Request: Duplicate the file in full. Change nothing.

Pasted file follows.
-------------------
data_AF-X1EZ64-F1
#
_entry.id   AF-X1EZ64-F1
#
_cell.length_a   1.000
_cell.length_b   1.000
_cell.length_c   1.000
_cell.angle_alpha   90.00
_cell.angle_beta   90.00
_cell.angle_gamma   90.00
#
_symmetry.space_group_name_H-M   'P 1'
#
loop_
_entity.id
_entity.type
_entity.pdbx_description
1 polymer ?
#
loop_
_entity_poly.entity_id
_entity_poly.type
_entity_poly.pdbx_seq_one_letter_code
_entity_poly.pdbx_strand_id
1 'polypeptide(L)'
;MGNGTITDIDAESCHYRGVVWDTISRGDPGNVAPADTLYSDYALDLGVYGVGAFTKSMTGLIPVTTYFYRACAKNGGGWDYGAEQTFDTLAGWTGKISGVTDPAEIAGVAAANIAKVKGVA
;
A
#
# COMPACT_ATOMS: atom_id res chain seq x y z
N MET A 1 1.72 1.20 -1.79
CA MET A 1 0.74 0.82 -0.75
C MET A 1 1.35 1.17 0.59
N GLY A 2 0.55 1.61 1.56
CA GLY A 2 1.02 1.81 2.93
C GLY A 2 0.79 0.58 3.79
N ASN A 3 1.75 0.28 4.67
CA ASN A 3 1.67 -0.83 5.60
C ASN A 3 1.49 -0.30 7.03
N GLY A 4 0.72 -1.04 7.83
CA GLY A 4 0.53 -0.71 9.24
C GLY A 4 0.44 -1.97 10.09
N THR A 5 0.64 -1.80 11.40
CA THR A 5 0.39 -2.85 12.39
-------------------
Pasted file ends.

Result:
data_AF-X1EZ64-F1
#
_entry.id   AF-X1EZ64-F1
#
_cell.length_a   1.000
_cell.length_b   1.000
_cell.length_c   1.000
_cell.angle_alpha   90.00
_cell.angle_beta   90.00
_cell.angle_gamma   90.00
#
_symmetry.space_group_name_H-M   'P 1'
#
loop_
_entity.id
_entity.type
_entity.pdbx_description
1 polymer ?
#
loop_
_entity_poly.entity_id
_entity_poly.type
_entity_poly.pdbx_seq_one_letter_code
_entity_poly.pdbx_strand_id
1 'polypeptide(L)'
;MGNGTITDIDAESCHYRGVVWDTISRGDPGNVAPADTLYSDYALDLGVYGVGAFTKSMTGLIPVTTYFYRACAKNGGGWDYGAEQTFDTLAGWTGKISGVTDPAEIAGVAAANIAKVKGVA
;
A
#
# COMPACT_ATOMS: atom_id res chain seq x y z
N MET A 1 1.72 1.20 -1.79
CA MET A 1 0.74 0.82 -0.75
C MET A 1 1.35 1.17 0.59
N GLY A 2 0.55 1.61 1.56
CA GLY A 2 1.02 1.81 2.93
C GLY A 2 0.79 0.58 3.79
N ASN A 3 1.75 0.28 4.67
CA ASN A 3 1.67 -0.83 5.60
C ASN A 3 1.49 -0.30 7.03
N GLY A 4 0.72 -1.04 7.83
CA GLY A 4 0.53 -0.71 9.24
C GLY A 4 0.44 -1.97 10.09
N THR A 5 0.64 -1.80 11.40
CA THR A 5 0.39 -2.85 12.39